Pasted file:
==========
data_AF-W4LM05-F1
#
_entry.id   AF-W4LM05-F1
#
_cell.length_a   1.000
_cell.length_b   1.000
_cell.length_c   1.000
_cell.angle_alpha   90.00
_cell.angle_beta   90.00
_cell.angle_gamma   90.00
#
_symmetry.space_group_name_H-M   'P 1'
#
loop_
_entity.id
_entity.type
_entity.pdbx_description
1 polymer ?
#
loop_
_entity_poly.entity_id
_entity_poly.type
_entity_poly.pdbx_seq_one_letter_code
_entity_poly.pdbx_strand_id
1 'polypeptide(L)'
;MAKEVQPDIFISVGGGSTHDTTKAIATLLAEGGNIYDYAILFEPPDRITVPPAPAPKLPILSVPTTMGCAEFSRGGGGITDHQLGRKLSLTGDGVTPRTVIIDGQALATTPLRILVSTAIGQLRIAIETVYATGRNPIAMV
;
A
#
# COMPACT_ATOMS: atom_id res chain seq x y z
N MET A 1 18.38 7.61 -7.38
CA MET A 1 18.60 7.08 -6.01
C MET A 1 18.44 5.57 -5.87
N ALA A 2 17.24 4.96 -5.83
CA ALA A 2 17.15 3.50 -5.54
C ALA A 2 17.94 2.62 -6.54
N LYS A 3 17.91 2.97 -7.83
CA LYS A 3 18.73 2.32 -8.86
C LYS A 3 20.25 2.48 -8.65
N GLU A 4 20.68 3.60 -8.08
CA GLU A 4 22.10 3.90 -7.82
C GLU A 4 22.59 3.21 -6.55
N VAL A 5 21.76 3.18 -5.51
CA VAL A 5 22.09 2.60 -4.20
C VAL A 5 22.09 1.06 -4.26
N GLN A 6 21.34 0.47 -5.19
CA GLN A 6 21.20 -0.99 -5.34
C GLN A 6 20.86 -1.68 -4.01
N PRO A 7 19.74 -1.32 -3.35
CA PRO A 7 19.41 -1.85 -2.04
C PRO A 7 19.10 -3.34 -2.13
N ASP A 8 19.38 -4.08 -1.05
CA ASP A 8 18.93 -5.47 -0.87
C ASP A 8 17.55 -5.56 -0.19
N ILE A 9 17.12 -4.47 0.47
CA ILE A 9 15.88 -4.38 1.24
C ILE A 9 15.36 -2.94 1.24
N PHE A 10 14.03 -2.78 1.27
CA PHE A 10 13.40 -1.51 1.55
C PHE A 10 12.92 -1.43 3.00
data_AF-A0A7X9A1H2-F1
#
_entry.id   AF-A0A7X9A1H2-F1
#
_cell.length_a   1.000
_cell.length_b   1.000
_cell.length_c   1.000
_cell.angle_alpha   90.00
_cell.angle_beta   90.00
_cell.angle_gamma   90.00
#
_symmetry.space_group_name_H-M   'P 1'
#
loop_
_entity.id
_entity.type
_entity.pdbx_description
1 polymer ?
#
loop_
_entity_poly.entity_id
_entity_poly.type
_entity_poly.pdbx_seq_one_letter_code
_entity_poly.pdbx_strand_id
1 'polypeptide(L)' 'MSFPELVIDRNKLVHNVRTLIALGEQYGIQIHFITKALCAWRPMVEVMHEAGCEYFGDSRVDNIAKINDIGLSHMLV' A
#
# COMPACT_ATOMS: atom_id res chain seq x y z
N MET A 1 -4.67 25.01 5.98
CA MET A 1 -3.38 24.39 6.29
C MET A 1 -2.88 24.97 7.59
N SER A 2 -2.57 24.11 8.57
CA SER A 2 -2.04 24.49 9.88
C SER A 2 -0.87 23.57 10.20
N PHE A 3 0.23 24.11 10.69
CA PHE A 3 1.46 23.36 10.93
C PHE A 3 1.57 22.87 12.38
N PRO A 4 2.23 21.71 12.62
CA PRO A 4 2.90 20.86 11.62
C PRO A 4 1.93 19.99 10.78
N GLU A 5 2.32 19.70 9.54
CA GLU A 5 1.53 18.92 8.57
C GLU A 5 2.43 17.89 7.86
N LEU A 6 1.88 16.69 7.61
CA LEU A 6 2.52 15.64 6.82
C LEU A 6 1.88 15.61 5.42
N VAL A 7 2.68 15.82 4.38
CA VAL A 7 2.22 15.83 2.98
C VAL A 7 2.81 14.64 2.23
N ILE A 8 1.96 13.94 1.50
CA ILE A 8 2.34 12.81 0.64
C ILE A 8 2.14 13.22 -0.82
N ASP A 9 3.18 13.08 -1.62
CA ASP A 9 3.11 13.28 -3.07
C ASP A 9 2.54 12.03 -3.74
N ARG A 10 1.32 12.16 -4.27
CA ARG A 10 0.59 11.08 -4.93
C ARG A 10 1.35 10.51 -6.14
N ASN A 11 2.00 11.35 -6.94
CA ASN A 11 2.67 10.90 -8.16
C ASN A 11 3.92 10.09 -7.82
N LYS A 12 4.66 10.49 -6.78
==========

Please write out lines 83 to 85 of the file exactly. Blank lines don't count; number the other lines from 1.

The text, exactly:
_entity_poly.pdbx_seq_one_letter_code
_entity_poly.pdbx_strand_id
1 'polypeptide(L)' 'MSFPELVIDRNKLVHNVRTLIALGEQYGIQIHFITKALCAWRPMVEVMHEAGCEYFGDSRVDNIAKINDIGLSHMLV' A